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Last updated: June 20, 2013 6:58 am
China’s credit crunch worsened on Thursday after the central bank rebuffed pleas to inject more cash in to the financial system, adding to the problems of overstretched lenders.
Short-term money market rates surged to all-time highs. The seven-day bond repurchase rate, a key gauge of liquidity in China, jumped 270 basis points to 10.8 per cent, nearly triple where it stood just two weeks ago.
Interbank lending rates were also pushed higher and the pain spread to the stock market. The Shanghai Composite Index, the country’s main stock index, fell 1.4 per cent in the morning trading session, also pressured by the news that the US Federal Reserve may start to unwind its monetary policy easing later this year.
China’s credit squeeze occurred despite fresh signs that the world’s second-largest economy has slowed further. A survey of the Chinese manufacturing sector published by HSBC indicated that industrial output probably contracted in June.
HSBC’s flash purchasing managers’ index fell to 48.3 in June from 49.2 in May, pointing to a steeper decline in growth.
The main reason for the lack of liquidity has been the central bank’s reluctance to pump liquidity into the money market, wrongfooting banks that had expected Beijing would continue to support them with large cash injections.
Signalling that the cash crunch could persist for a while, the China Securities Journal, a big state-run newspaper, ran a front-page commentary saying China was at a turning point in monetary policy. “We cannot use as fast money supply growth as in the past, or even faster, to promote economic growth,” the newspaper said. “This means that authorities must control the pace of money supply growth.”
Interbank rates began to rise earlier this month ahead of a public holiday – a normal pattern as demand for cash typically increases before festivals in China. Bankers and analysts had expected rates to fall when the country got back to work.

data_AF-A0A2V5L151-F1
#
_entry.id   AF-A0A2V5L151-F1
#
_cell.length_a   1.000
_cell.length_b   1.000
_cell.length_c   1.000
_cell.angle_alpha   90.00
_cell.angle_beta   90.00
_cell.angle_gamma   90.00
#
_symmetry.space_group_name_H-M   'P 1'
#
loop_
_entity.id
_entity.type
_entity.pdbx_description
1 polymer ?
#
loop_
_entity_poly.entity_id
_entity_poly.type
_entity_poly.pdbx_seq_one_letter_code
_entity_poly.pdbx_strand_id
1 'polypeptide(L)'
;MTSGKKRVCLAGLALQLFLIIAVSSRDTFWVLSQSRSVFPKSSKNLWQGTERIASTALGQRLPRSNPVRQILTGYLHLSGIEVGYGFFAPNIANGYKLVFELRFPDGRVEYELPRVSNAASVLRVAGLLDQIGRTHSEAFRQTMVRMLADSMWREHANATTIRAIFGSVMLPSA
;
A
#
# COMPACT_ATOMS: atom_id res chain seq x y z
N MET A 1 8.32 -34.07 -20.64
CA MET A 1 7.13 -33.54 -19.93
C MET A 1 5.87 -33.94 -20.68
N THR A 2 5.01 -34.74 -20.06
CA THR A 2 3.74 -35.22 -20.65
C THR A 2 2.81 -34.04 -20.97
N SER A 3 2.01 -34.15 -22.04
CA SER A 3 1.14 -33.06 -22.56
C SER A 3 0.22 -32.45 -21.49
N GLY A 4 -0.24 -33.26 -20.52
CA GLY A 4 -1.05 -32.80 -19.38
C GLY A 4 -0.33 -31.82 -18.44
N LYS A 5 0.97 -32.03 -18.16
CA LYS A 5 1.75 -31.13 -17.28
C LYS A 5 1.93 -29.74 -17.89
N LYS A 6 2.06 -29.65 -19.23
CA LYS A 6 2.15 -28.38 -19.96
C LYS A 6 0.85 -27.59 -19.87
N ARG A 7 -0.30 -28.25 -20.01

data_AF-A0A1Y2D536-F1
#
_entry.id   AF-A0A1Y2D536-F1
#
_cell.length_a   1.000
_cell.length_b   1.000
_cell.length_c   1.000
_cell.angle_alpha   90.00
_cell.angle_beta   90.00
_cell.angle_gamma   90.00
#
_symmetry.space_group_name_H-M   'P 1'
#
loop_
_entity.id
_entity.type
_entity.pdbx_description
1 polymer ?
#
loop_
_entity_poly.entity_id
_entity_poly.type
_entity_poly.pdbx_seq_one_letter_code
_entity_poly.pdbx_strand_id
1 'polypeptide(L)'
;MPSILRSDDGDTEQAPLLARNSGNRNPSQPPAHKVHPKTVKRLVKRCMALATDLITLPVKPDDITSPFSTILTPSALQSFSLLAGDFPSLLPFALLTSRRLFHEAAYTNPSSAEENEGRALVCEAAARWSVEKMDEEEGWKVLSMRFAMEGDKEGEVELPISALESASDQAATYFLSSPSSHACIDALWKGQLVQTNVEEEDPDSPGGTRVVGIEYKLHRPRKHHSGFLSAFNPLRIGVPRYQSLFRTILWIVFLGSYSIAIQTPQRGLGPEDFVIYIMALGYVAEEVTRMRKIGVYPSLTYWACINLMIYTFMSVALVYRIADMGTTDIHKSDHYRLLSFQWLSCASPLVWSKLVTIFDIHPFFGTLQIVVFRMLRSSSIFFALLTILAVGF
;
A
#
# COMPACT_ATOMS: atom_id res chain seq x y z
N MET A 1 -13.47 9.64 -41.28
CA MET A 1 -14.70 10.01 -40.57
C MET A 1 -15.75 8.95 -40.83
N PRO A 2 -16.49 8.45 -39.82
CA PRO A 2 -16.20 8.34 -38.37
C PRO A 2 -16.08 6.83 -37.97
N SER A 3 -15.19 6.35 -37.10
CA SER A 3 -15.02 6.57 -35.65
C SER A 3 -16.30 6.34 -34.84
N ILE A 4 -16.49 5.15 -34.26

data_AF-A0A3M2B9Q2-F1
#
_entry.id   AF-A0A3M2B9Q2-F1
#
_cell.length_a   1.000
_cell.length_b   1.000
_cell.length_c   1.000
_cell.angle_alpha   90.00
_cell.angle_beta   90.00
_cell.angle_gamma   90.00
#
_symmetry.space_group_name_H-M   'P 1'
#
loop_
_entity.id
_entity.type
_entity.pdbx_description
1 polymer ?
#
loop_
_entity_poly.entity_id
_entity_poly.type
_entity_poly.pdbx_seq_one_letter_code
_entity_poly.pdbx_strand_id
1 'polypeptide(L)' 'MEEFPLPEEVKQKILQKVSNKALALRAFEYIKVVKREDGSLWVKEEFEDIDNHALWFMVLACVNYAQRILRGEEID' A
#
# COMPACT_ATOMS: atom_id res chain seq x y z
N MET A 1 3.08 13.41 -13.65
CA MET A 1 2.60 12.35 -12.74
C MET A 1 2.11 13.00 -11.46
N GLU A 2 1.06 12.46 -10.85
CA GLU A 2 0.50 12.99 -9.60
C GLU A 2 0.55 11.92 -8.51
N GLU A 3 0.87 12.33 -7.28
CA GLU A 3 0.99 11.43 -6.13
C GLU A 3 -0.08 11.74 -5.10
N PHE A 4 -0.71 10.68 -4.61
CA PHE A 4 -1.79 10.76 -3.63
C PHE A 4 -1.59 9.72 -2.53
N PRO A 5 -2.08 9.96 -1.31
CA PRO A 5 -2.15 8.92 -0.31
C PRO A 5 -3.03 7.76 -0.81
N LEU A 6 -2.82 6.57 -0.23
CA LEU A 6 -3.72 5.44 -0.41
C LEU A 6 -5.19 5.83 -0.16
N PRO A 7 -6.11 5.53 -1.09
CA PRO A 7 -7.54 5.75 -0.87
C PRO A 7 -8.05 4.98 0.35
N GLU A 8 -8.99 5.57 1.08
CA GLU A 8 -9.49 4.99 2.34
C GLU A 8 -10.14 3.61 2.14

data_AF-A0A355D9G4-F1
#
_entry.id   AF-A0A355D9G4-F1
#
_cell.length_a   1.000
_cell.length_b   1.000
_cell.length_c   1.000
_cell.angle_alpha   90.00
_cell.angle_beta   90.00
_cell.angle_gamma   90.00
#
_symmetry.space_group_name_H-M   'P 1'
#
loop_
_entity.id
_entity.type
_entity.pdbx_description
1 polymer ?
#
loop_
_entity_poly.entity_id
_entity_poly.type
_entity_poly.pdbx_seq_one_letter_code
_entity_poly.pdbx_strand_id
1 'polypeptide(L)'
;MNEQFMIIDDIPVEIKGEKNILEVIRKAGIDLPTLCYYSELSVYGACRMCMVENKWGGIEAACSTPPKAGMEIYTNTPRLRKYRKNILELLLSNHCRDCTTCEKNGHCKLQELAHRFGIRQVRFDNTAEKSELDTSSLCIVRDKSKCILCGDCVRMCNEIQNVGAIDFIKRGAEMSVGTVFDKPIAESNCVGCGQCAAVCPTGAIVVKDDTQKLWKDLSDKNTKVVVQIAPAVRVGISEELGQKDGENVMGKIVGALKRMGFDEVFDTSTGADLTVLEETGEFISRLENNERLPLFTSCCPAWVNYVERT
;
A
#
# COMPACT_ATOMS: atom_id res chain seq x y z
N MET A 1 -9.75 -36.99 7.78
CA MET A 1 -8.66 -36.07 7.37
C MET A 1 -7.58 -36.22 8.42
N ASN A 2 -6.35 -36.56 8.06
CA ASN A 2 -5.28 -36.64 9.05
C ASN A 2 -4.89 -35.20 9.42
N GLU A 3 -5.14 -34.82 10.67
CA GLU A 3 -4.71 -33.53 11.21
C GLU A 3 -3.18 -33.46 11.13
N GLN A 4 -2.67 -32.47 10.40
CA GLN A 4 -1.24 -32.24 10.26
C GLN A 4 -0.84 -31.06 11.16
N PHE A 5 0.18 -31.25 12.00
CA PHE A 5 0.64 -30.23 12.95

Instead, the central bank has remained on the sidelines of the market over the past five working days, refusing to provide the short-term cash injections that banks had expected. On Thursday, the PBoC said it would not conduct repo business at a scheduled auction, disappointing market players who thought it might relieve pressure on them by making a cash injection.
“The only explanation is that the central bank wants to send a warning signal to commercial banks and other credit issuers that unchecked credit expansion, particularly through the shadow banking system, will not be accommodated,” said Na Liu at CNC Asset Management.
Overall credit has grown by about 22-23 per cent in China this year, up from 20 per cent in 2012, after a surge in “shadow” lending by trust companies and banks through off-balance-sheet vehicles.
Wang Tao, an economist with UBS, said the central bank’s goal may be to bring the rate of credit growth down to about 17 or 18 per cent, to limit the leverage that has built up in the economy.
We cannot use as fast money supply growth as in the past, or even faster, to promote economic growth. This means that authorities must control the pace of money supply growth
- China Securities Journal
The central bank has many tools to add liquidity to the market if needed, from injecting short-term cash to lowering lenders’ required reserves. However, Ms Wang warned that the consequences of the regulatory tightening were harder to predict because of the growing complexity of Chinese financial markets.
“A liquidity crunch could happen unexpectedly somewhere,” she said. “There could be a disorderly deleveraging in the interbank market.”
China’s economic growth slowed to 7.7 per cent year-on-year in the first quarter, compared with 7.9 per cent growth in the final quarter of 2012. Many analysts expect a further slowdown in the second quarter.
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